Iowa, Illinois Economic Performance Diverging Sharply

Published August 1, 2005

The Mississippi River is not the only thing that separates Iowa from Illinois. So does Iowa’s economic performance.

New U.S. government statistics show the Iowa economy is surging at a pace that leads the nation. Neighboring Illinois, by contrast, has some of the weakest economic performance in the region.

Each state’s economic performance can be attributed in large part to fiscal policy. Iowa’s policy has been to restrain state spending and taxes, whereas Illinois has been sharply increasing government spending and tax rates.

Economic Differences Dramatic

Illinois has lost nearly 79,000 manufacturing jobs–10 percent of the total number of such jobs in the state–since November 2001, more than 31,500 of them since January 2003, according to the Illinois Coalition for Jobs, Growth, and Prosperity.

According to the coalition, if Illinois’ job growth had kept pace with national averages over the past decade, the state would have 475,000 more jobs today.

By contrast, “Manufacturing is still a significant component and one that is actually growing in Dubuque,” said Steward Sandstrom, president and chief operating officer of the Dubuque Area Chamber of Commerce. “John Deere has added jobs, several hundred of them. Eagle Window & Door recently finished an acquisition by Andersen Windows. That buyout will result in faster growth. They were on pace to add a couple of hundred jobs. Andersen is pushing them to add more than that. Right now they have about 1,000 employees. Four years ago they were at 500 employees.

“We have a number of companies that have seen substantial growth,” Sandstrom said. He also noted the service sector is expanding, citing as one example Prudential Financial, which is adding 100 employees to its Dubuque office.

Tax Policies Divergent

The two states’ fiscal policies have been vastly different in recent years. In the early days of the past recession (2001-02), Iowa Gov. Tom Vilsack (D) proposed tax increases totaling $200 million to $300 million in various budget messages, but the Iowa legislature rejected them. Instead, the legislature used a variety of reserve funds, budget reductions, and efficiency strategies to make ends meet.

While Iowa legislators have controlled spending and taxes, Illinois lawmakers have drastically increased both. From FY 2002 to FY 2005, the contrasts are startling:

  • Illinois raised state taxes by nearly $1.4 billion, while Iowa reduced taxes by a net $60 million (primarily due to a five-year plan to eliminate the state sales tax on utility bills).
  • On the spending side, according to the National Association of State Budget Officers, Illinois increased state spending by $5.6 billion (a 31 percent increase), while Iowa increased spending by $154 million (an increase of 3.3 percent).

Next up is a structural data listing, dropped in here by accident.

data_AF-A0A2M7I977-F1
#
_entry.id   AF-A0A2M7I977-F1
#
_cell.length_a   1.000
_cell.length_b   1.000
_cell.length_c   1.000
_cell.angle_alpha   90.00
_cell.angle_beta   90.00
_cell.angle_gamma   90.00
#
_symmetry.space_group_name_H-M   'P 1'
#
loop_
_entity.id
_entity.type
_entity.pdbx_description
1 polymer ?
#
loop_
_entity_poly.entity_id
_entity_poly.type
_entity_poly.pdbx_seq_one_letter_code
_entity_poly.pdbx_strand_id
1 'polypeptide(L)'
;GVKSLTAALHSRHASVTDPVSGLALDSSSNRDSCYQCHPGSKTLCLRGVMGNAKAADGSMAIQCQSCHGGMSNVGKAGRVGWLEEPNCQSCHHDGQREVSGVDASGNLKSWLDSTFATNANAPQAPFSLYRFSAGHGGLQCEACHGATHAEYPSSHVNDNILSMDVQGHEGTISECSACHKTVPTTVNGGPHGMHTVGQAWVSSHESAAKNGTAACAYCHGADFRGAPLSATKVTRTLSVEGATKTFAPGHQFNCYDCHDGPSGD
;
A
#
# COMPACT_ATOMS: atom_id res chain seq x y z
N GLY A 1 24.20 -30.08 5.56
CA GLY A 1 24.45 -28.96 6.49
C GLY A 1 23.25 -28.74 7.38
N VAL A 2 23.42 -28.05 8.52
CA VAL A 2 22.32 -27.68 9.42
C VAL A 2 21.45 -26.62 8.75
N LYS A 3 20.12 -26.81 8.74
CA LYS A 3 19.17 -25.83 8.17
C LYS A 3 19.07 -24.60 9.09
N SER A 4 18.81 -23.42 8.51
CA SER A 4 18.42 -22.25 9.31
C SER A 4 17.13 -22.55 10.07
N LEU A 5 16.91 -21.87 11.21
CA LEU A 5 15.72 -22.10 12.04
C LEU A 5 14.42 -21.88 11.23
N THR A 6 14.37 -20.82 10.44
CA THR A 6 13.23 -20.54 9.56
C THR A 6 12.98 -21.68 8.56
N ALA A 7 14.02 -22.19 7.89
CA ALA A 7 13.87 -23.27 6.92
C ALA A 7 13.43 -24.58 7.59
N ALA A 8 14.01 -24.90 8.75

Illinois Business Taxes Onerous

In February 2004, the Illinois State Chamber of Commerce and Chicagoland Chamber of Commerce released a study showing business fee and tax increases passed by the Illinois General Assembly to finance the FY 2004 budget would increase employers’ share of state and local taxes to 50.8 percent–almost 10 percent above the U.S. average of 42.6 percent and, in some cases, 25 percent above business taxes in other Midwestern states.

The state has done nothing since then to lighten those burdens.

As the Iowa economy has grown, state government revenues have risen. For most of the current fiscal year, Iowa’s state revenue growth has far exceeded original projections.

Consider the following key indicators of growth through the first six months of FY 2005. (The higher the percentage shown, the greater the evidence of economic growth.)

  • Individual Income Tax Collections: Iowa +7.4%, Illinois +2.9%
  • Corporate Income Tax Collections: Iowa +31.2%, Illinois: -8.2%
  • Sales Tax Collections: Iowa +4.9%, Illinois: +3.1%
  • Total State Revenue: Iowa: +7.2%, Illinois: +1.2%

The figures show Iowans are earning more money and purchasing more taxable goods, and Iowa corporations are earning more profits than their counterparts in Illinois.

“I think whenever you can leave the wealth in the wealth creators’ pockets, you’re going to do better,” Sandstrom said. “That is what Iowa has strived to do, and not easily. We have as many people here who like to tax and spend as any state. It has taken strong leadership to move forward with that kind of fiscal agenda.”

Jamie Van Fossen ([email protected]) is a Republican state representative from Davenport, Iowa and chairman of the Iowa House Ways and Means Committee.